Motor symptoms of schizophrenia: Is tardive dyskinesia a symptom or side effect? A modern treatment

Vladimir Lerner, Chanoch Miodownik

Research output: Contribution to journalArticlepeer-review

31 Scopus citations


Abnormal involuntary dyskinetic movements in schizophrenia patients have been documented for more than 140 years. Clinicians should distinguish between two kinds of disturbances-spontaneous dyskinetic movements and movements induced by psychotropic medications-which may look familiar clinically. As a modern term, tardive dyskinesia (TD) is a potentially permanent neurological hyperkinetic movement disorder that occurs after months or years of taking psychotropic drugs. Several distinct forms of TD exist, specifically tardive akathisia, tardive blepharospasm, tardive dystonia, tardive gait, tardive myoclonus, tardive tremor, and tardive tics, and they have different pathophysiologies and treatment. The pathogenesis of TD remains unclear, and the pathophysiology is complex and multifactorial. Moreover, there is solid evidence of a genetic predisposition to TD. This article summarizes recent relevant publications concerning TD and the most recent studies regarding treatment of this disorder with antioxidative agents.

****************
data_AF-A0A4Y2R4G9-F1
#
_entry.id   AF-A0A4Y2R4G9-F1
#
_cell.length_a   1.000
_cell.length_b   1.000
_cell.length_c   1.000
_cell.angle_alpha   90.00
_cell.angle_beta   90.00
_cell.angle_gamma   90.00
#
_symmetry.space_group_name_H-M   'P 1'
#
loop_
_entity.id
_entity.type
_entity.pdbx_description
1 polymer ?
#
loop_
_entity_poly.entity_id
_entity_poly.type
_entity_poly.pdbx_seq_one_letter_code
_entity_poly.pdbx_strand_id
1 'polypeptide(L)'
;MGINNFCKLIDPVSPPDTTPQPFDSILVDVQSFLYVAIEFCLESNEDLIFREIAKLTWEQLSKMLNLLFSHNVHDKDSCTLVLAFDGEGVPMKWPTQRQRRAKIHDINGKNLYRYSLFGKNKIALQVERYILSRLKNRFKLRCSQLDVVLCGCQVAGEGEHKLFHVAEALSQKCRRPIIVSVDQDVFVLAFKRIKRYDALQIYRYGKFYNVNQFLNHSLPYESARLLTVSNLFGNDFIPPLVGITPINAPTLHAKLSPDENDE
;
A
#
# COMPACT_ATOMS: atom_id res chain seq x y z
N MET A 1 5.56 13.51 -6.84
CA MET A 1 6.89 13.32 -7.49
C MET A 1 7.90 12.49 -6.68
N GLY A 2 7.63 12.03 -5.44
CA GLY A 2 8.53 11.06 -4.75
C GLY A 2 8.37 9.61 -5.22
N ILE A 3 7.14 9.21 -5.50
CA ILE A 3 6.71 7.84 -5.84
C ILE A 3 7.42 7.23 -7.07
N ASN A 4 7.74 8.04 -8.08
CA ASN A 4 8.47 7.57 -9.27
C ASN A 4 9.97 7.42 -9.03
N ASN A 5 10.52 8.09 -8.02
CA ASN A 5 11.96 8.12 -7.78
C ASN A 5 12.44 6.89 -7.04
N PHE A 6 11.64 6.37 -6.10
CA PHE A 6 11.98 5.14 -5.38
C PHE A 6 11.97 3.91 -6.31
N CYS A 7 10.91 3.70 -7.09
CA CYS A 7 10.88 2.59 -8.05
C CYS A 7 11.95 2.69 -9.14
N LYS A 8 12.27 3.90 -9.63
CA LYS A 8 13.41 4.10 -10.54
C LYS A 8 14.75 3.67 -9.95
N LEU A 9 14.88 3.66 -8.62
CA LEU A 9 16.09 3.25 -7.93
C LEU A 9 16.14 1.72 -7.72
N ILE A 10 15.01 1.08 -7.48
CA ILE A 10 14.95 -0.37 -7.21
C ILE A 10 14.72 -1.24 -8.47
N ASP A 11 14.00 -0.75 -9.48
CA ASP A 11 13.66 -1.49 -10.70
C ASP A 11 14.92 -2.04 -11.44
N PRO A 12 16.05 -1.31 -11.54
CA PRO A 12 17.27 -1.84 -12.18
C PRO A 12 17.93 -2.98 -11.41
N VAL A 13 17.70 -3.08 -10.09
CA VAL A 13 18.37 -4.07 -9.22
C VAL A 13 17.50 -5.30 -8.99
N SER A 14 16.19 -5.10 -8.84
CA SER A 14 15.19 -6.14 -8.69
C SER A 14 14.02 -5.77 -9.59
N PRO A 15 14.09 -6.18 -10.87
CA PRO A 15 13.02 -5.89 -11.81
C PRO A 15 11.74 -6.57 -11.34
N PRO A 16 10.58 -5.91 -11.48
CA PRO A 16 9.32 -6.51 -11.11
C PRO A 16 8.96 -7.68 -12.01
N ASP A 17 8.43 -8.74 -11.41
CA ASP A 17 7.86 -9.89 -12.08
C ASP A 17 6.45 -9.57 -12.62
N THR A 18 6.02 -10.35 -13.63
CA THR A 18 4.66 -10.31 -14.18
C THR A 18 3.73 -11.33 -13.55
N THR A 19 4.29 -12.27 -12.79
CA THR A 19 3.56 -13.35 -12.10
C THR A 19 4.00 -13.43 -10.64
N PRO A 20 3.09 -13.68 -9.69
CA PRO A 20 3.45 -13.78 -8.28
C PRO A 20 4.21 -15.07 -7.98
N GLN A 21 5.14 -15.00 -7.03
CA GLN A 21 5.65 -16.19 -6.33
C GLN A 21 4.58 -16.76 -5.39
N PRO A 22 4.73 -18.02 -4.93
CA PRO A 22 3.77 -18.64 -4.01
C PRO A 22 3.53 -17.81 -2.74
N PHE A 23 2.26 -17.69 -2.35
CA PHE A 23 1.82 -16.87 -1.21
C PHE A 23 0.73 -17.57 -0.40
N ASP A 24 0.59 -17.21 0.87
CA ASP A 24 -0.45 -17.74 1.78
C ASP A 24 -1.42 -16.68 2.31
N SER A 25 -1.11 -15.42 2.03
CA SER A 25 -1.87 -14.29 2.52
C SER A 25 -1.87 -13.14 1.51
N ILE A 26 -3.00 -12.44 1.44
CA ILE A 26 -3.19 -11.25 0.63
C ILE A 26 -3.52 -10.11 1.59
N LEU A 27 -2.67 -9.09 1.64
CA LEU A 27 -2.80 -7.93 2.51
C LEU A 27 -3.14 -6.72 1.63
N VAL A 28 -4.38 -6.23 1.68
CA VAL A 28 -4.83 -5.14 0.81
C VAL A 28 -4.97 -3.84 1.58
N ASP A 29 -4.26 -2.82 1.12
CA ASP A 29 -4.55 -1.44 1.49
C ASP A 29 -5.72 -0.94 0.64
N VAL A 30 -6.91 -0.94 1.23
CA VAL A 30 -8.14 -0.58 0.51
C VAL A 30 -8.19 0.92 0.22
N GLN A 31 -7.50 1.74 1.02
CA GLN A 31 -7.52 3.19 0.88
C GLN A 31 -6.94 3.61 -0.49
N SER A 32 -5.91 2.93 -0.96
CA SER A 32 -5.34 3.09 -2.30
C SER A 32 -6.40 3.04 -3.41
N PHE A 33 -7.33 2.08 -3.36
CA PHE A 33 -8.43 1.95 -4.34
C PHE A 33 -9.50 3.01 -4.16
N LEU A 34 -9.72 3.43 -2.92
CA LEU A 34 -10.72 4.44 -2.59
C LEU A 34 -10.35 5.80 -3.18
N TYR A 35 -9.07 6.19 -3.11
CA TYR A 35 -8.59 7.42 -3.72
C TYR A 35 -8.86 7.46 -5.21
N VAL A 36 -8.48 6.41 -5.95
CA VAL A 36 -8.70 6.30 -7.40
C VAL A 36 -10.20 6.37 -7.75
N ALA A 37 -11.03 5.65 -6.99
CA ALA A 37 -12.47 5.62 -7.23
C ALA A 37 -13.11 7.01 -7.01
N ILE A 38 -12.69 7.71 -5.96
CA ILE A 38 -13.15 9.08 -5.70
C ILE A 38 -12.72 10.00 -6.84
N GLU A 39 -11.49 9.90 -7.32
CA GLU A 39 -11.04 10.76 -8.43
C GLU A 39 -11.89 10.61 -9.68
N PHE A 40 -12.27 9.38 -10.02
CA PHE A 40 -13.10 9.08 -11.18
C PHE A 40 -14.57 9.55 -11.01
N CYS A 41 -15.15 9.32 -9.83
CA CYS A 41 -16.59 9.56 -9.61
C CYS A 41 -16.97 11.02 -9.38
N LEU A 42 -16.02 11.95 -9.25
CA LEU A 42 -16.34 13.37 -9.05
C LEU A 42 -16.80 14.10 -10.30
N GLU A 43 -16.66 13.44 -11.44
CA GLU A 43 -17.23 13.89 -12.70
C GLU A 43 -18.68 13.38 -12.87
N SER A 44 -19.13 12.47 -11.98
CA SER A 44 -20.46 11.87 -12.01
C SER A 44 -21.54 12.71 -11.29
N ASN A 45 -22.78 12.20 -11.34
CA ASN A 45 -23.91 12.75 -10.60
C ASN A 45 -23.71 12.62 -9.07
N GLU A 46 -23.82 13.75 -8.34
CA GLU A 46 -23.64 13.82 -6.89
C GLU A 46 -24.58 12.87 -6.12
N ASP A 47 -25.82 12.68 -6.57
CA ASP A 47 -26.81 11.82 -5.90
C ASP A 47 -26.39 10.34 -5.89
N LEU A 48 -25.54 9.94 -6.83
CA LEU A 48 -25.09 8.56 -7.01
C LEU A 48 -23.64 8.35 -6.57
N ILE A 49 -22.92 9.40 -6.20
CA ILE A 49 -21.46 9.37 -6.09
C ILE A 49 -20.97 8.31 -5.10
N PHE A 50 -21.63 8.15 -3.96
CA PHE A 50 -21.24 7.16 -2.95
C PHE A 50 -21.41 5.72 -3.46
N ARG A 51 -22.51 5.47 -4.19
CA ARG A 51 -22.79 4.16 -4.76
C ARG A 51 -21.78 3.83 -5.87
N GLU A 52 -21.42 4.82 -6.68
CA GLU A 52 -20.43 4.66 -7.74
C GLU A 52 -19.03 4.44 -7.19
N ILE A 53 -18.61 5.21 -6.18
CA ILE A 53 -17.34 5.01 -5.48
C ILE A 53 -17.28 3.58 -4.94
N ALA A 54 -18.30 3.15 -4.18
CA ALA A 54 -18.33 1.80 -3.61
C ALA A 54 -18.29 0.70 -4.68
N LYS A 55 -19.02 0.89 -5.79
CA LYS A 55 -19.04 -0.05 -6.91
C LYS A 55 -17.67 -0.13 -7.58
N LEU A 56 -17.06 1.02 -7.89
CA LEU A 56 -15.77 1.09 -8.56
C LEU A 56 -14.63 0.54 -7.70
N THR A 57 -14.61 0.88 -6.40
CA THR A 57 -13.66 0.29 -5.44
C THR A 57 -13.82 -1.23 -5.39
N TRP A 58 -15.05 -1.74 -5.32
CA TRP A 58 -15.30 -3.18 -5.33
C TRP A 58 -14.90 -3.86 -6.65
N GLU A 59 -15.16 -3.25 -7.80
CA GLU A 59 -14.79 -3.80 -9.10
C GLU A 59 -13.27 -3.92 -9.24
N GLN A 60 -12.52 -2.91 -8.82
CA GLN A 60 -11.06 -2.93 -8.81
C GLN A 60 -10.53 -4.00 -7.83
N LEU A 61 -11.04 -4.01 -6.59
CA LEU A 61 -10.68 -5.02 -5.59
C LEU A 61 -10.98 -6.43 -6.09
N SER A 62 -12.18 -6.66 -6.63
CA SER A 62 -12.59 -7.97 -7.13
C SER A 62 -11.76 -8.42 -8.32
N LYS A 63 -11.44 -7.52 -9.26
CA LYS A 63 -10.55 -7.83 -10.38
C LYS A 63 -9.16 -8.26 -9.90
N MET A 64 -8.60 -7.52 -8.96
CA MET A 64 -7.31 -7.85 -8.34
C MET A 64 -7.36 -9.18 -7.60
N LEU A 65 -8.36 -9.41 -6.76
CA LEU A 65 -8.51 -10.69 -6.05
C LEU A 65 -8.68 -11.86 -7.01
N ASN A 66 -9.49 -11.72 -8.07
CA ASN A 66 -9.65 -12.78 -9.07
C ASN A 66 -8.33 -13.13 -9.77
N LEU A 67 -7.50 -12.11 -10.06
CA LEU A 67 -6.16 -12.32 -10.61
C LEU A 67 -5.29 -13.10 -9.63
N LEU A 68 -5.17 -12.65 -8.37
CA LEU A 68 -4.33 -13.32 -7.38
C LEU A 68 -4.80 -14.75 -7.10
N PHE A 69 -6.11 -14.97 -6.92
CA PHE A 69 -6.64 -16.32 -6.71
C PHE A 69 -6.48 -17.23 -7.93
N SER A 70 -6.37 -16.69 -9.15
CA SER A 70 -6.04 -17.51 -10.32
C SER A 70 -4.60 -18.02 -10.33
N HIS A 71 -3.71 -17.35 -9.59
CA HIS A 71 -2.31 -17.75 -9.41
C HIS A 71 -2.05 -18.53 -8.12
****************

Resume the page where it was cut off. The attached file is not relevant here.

Original languageEnglish
Pages (from-to)295-304
Number of pages10
JournalCurrent Psychiatry Reports
Issue number4
StatePublished - 1 Aug 2011


  • Antioxidants
  • Antipsychotics
  • First-generation antipsychotics
  • Motor symptom
  • Psychotropic agents
  • Schizoaffective disorders
  • Schizophrenia
  • Second-generation antipsychotics
  • Side effect
  • Symptoms
  • Tardive dyskinesia
  • Treatment

ASJC Scopus subject areas

  • Psychiatry and Mental health


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